An Introduction to Meditation

Posted By Georgia Richardson

Here’s a quick snippet of a conversation our founder, Tom had a couple of days ago whilst lightly swearing at his laptop;

“Do you meditate?” 

“No”

“Why not?” 

“I’ve tried, but I just can’t. I’m not good at it”.

Whether you think you need to sit in the garden, hum, chant or sit in silence for 30 minutes - let it go. You can develop your own meditation practice which suits your lifestyle and needs.

There are three main takeaways you should know about meditating

  1. There is not one ‘correct’ way to meditate
  2. You don’t need to ‘not think’ in order to be meditating successfully
  3. Meditation is a skill which like others, requires regular practice to improve

In 2017, author Tim Ferriss interviewed 140 high achievers, in the top of their fields for his book Tribe of Mentors. He noted that “Despite the fact that these are people from tennis to surfing to cryptocurrency to fill-in-the-blank, like any field you can possibly imagine -- some type of morning mindfulness or meditation practice would span I’d say 90% of the respondents.” It shows that whilst their common denominator is their success, meditation clearly has a valuable and tangible effect on their daily life and well-being.

How much meditation do I need to do? 

Like exercise, the approach of ‘little and often’ is better than ‘whenever you feel like it’, or just once. Realistically, you won’t always feel up for it and like any skill, it needs time and effort to improve. One session is just as likely to change your life as going for one run. However, just like one run, it is still beneficial. The key to meditation is getting started and making it a habit - if nothing else, it gives your mind a break from the outside world and allows you to tune into your body’s parasympathetic nervous system, which induces the relaxation response. As this doesn’t automatically happen due to constant stimulation, we need to tap into that system deliberately. 

Deep belly breathing, or diaphragmatic breathing, stimulates the parasympathetic nervous system, and reduces the sympathetic nervous system. The sympathetic nervous system is what will send you into "fight or flight" mode. The balance between the Para and the Sympa, regulates how your body deals with stress.

As you go throughout your week, see how many times you can remember to stop and take some deep breaths.

Before an important work meeting, during a disagreement, or at the end of a particularly stressful day, stop and simply breathe for 30 seconds and see how it transforms your whole outlook.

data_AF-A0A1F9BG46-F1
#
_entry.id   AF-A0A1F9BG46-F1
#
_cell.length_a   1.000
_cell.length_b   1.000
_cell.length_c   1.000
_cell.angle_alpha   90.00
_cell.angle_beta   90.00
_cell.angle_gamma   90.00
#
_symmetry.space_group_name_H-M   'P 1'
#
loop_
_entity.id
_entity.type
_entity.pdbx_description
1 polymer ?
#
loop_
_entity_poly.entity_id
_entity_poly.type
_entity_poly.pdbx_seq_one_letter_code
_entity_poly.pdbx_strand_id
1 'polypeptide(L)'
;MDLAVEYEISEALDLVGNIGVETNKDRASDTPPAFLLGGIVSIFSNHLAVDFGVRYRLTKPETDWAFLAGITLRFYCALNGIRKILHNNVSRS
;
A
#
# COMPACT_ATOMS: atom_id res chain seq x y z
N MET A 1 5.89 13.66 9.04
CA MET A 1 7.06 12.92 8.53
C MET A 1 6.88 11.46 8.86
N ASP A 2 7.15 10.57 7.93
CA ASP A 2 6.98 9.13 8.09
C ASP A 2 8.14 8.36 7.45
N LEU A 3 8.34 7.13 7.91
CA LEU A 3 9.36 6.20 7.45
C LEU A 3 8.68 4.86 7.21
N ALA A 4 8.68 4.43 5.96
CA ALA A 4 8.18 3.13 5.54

A range of benefits are achievable  through meditation. For example, training our attention and focus allows us to get more done without (or with less) distraction, changes the way we react in certain scenarios. We can become better equipped to face situations so they become less stressful and anxiety inducing. We all accept that movement and rest = medicine in terms of exercise. In the same way, meditating can be movement and rest for our minds.

"But I can't sit still and my mind is too busy!"

It's a myth that to meditate effectively you must clear your mind completely. It's actually nearly impossible to do. Equally, meditating isn't all about peace and quiet, as a result of meditation you may find that those things happen however it is far more about getting in touch with conscious decision making and emotive responses, rather than operating purely on our subconscious programming. Your mind will wander, and you might notice other things happening around you or find yourself lost in thought. There is nothing wrong with this, thought process is just as natural as breathing.

During meditation, your mind will roam. You may notice other sensations in the body, things happening around you, or just get lost in thought, daydreaming about the past or present, possibly judging yourself or others. Here, it's important to address the thought you are having, and then bring yourself back to your focus on breathing. It's inevitable that this will continue to occur, simply acknowledging whatever it is and without ascribing much judgement to it or letting it carry you away, come back to the present and resume your meditation. 

We are going to try and implement some meditation into our weekly routines, we will get back to you on how we get on!